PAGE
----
Town officials incorrectly reported early last month that the DEM had denied the Thurston application. The DEM had issued an advisory that the application was subject to denial if certain additional variances were not sought and approved.

Town and Shores leaders are working to update the town's groundwater protection ordinance that deals with ISDS installations. They are also working with state officials, including Senator Teresa Paiva Weed and Representative Bruce Long to strengthen state rules that impact ground water.

Long, giving an update at the council meeting on several state legislative matters, referred to the Thurston case as an example of "why we need regulations and changes" at the state level.

Applicants attend

The Thurstons attended the council meeting in response to a notice they received about pending action. David Thurston questioned the town's failure to give him notice about the written report the councilors adopted.

The Thurstons have been seeking a number of variances since 2001, according to DEM records. The original application was deemed unacceptable by the DEM, but the Thurstons continued to submit variance proposals. The current application has been pending for about a year. Several Shores residents said the Thurstons tried to sidestep opposition by proceeding with the application process in December when officials and residents might have been distracted by holiday activities.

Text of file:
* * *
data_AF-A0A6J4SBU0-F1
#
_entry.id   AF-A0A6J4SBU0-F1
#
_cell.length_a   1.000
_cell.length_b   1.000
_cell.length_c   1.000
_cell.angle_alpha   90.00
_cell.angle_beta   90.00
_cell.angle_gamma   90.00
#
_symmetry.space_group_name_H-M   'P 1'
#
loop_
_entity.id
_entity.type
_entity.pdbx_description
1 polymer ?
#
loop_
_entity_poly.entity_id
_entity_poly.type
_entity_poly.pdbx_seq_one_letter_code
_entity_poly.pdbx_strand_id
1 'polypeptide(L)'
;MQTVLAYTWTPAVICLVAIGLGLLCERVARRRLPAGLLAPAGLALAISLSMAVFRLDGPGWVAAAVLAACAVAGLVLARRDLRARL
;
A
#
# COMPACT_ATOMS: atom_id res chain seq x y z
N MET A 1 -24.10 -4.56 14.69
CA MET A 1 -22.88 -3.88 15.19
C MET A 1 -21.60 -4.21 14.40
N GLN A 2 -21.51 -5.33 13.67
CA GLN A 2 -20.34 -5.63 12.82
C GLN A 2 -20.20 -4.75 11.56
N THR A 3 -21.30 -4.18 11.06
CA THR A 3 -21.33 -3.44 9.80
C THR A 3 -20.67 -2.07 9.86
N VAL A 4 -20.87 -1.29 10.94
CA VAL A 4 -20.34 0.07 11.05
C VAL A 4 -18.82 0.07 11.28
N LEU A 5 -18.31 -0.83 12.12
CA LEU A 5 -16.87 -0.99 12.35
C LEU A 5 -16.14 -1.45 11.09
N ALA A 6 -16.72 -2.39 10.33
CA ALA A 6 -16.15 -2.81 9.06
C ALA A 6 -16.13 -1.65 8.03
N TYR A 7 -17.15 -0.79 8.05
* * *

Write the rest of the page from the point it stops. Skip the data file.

The Jamestown Shores Association, currently under the leadership of Charlotte and F. John Zarlengo, has monitored the state's involvement and alerted town officials when they believed town actions and objections to the application were needed.

In December, the Zarlengos updated the council on the need for the town to file objections again. They said it would be "unconscionable" that the Thurston proposal continue when the Shores area is experiencing so many environmental problems.

The Thurstons' engineer, Joseph Frisella, "submitted supporting data justifying the need for the variances and demonstrating why granting each variance will not interfere with the proper operation of the proposed ISDS."

The Regans claimed the Thurstons and their engineer did not provide any of the required technical evidence to justify their application. The Regans said the documents for the application represented arguments and not fact.

Councilor position

Councilor Szepatowski did not recuse herself from discussion of the Thurston case, but she did not vote because, she said, she had been an environmental consultant to a previous owner of the Thurstons' lot. She supported town purchase of unbuildable lots, and she believed that reliable engineers such as Frisella could be trusted to design safe systems for fragile properties, Szepatowski said. She said it angered her that some owners of land that might have been questionable were able to build on their lots but now want to block others from doing so.